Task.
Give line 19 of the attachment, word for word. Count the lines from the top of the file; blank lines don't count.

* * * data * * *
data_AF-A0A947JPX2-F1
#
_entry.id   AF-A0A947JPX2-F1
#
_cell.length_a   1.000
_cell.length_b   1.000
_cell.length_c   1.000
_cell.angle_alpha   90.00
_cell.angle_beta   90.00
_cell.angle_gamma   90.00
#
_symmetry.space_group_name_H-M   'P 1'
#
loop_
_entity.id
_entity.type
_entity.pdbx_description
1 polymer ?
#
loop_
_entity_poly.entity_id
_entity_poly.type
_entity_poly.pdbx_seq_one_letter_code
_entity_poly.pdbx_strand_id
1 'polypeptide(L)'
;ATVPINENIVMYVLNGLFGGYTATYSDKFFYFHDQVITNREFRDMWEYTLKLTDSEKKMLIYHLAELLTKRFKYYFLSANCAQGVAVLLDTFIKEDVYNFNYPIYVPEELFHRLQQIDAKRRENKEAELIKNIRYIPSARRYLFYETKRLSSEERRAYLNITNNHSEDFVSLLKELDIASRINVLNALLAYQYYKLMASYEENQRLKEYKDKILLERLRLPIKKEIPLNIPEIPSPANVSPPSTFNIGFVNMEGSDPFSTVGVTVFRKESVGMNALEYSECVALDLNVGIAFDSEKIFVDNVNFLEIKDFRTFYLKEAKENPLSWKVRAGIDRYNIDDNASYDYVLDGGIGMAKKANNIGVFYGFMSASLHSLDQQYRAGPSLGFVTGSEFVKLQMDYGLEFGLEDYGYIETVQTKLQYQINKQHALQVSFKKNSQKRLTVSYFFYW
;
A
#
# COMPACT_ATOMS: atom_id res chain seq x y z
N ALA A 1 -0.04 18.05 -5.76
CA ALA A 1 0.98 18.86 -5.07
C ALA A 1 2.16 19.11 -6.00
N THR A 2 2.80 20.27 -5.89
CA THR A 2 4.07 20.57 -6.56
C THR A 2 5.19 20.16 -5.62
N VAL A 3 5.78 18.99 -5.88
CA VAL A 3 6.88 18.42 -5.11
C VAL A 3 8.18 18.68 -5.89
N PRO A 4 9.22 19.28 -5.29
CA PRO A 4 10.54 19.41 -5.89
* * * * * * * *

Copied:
#